President Barack Obama’s December 6th speech in Kansas in which he compared himself to Teddy Roosevelt just happened to coincide with a trip my wife and another couple made several weeks ago. We had the great pleasure to visit Theodore Roosevelt’s home at the Sagamore Hill National Historic Site in Oyster Bay, Long Island, New York.
Something about the juxtaposition of Teddy Roosevelt with Barack Obama troubled me. I found much to admire in TR’s life and times. Yet I find most of Barack Obama’s actions and philosophy quite in conflict with America’s heritage, and personally quite unappealing. So I thought I’d dig a little deeper by researching some of TR’s philosophies and comparing those with our current President’s.
President Obama’s Actions Are Unlike Teddy Roosevelt’s
President Obama’s actions during the current economic slowdown and national debt crisis appeared to be the antithesis of what one would expect from Teddy Roosevelt. Dana Milbank’s column in the Miami Herald does a thorough job of highlighting President Obama’s very un-TR-like style by analyzing his August 8th speech on the nation’s economy:
“The economy crawls, the credit rating falls, the markets plunge, and a helicopter packed with U.S. special forces goes down in Afghanistan. Two-thirds of Americans say the country is on the wrong track (and that was before the market swooned), Obama’s approval rating is 43 percent, and activists on his own side are calling him weak.”
“He reminded all that the situation isn’t his fault (the need for deficit reduction ‘was true the day I took office’); he blamed the other side (‘we knew … a debate where the threat of default was used as a bargaining chip could do enormous damage to our economy’); and he revisited the same proposals he had previously offered to little effect: extending unemployment benefits and the payroll tax cut, and spending more on infrastructure projects.”
“In the White House briefing room after Obama’s statement, the press corps grilled Jay Carney about the lack of fire in the belly.”
“‘The President said our problems are imminently solvable, and he talked about a renewed sense of urgency,’ CBS’ Norah O’Donnell pointed out. ‘Why not call Congress back to work?’
“Carny chuckled at this suggestion.”
“Various reporters tried to elicit more information about Obama’s economic plans and deficit-reduction proposals, but Carney declined again to take the lead. ‘I don’t want to get too far ahead of the process,’ he explained, adding that Obama ‘will be contributing to that process, not driving it or directing it.'”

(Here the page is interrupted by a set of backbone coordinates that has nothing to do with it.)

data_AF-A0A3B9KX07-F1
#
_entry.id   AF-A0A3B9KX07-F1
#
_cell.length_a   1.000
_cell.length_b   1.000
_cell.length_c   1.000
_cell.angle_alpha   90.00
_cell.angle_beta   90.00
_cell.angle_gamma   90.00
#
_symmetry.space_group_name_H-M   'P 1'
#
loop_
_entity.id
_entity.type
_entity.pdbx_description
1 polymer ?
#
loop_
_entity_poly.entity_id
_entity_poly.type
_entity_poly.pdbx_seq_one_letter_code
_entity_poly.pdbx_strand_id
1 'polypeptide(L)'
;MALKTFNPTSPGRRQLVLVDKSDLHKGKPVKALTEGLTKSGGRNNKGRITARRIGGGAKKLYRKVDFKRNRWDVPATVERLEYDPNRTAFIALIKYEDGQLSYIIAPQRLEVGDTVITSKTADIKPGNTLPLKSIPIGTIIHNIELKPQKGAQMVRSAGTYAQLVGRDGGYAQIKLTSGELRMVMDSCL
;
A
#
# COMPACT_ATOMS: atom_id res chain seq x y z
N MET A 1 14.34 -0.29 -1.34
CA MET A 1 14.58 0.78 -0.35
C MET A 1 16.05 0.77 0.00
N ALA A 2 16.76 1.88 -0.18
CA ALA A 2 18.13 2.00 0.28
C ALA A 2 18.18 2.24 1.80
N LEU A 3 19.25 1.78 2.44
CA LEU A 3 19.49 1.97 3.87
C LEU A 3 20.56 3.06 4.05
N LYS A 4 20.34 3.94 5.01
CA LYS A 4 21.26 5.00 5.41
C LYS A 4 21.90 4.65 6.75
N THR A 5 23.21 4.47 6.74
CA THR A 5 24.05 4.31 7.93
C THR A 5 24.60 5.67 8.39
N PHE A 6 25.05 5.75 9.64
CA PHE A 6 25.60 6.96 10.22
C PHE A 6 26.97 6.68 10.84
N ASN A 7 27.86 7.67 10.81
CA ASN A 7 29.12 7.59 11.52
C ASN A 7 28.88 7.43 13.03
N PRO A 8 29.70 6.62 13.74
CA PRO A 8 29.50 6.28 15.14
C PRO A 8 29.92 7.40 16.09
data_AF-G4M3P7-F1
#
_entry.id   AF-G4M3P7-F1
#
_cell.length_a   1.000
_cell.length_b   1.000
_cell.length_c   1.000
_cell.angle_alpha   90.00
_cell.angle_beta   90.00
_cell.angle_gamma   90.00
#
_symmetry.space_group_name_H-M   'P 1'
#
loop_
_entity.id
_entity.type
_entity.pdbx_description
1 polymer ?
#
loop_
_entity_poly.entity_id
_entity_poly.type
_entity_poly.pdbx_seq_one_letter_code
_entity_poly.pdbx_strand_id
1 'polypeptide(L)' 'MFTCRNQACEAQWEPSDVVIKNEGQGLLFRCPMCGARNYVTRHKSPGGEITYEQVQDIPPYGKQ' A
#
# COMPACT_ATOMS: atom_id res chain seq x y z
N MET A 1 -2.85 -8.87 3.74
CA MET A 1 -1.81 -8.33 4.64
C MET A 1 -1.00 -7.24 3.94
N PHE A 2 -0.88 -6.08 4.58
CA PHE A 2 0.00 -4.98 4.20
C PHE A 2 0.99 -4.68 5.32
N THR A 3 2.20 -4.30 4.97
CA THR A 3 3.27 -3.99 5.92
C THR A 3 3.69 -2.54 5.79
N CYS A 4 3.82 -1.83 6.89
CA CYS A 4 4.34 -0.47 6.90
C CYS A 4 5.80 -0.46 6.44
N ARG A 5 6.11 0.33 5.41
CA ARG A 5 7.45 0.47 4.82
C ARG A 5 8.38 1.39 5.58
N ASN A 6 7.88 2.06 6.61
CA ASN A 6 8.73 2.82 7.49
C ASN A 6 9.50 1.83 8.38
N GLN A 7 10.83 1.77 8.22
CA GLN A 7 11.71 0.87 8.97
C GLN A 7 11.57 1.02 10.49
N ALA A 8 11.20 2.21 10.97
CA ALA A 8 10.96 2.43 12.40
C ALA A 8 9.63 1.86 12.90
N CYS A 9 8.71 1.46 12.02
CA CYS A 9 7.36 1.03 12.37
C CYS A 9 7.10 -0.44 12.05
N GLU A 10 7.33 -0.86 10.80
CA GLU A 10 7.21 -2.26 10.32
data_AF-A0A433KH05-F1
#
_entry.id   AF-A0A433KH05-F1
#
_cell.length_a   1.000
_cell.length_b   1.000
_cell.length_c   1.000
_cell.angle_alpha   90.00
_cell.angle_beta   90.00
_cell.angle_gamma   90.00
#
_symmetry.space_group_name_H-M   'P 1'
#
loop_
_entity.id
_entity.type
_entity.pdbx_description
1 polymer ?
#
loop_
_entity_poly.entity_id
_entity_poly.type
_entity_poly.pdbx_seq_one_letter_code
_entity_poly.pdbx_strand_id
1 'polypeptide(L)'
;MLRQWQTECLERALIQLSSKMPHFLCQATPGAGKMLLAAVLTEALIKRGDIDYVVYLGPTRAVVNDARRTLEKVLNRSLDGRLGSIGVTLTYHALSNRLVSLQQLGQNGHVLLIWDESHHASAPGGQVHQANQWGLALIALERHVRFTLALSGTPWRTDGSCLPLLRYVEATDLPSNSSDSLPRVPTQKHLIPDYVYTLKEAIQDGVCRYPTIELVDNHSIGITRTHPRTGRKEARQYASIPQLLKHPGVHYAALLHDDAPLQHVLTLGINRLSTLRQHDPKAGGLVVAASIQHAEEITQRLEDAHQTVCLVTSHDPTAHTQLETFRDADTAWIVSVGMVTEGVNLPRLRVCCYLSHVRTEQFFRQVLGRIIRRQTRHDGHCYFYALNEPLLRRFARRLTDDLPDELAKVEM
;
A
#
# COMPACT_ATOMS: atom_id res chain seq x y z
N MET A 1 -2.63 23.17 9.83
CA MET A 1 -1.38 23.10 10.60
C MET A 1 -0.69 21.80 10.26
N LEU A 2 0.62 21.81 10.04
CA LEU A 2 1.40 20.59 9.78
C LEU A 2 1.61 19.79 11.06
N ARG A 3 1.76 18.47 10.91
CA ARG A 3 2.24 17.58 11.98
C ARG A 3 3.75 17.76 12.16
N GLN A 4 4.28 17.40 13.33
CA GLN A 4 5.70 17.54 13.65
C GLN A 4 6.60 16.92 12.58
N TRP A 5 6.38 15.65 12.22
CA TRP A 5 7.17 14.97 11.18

“[President Obama] delivered his statement on the economy beneath a portrait of Abraham Lincoln…he looked grim and swallowed hard and frequently as he mixed fatalism (‘markets will rise and fall’) with vague, patriotic exhortations (‘this is the United States of America’).
“‘There will always be economic factors that we can’t control,’ Obama said. Maybe. But it would be nice if the President gave it a try.”
There are also major gaps between President Obama’s perceptions of himself as the next TR, and the harsh reality that his leadership style is not even remotely similar. These differences include President Obama’s leadership qualities, particularly as they relate to his approach to the Iraqi War.
President Obama also differs from Teddy Roosevelt in terms of character and integrity. These differences include President Obama’s inability to accept criticism, his failure to keep many of his campaign promises, and America’s national energy policy particularly in the context of the Solyndra scandal.
On business and free enterprise, there is also a major gulf between the two men. The Occupy Wall Street phenomenon is certainly one area where the two men would not see eye-to-eye. Neither would they agree on the accelerated growth of government.
Lastly, they appear to disagree greatly on Alexis de Tocqueville’s notion of American exceptionalism and our relationship with other nations.
Given this broad chasm between Presidents Obama and Theodore Roosevelt my conclusions should be no surprise.
Concluding Thoughts on President Obama’s Teddy Roosevelt Claim
Admirers of President Theodore Roosevelt continue to find much to appreciate in their hero: a passion for life and family; a deep sense of pride and patriotism for America; an advocacy for the work ethic of the citizen.
Similarly, admirer’s of President Barack Obama may also find much to appreciate in their idol, but Teddy Roosevelt’s and Barack Obama’s concepts of government and vision for America have few parallels.
President Obama’s reach to wrap himself in the mantle of Teddy Roosevelt seems an overreach in the extreme. Rather, it seems a transparent ploy to try to expand President Obama’s appeal to a segment of the nation that currently finds little to admire in his current philosophy.
Citizens might find it far more satisfying to heed Teddy Roosevelt’s instincts as expressed by this thought:
“I have a perfect horror of words that are not backed up by deed’s”
— Teddy Roosevelt, Oster Bay, New York, July 7, 1915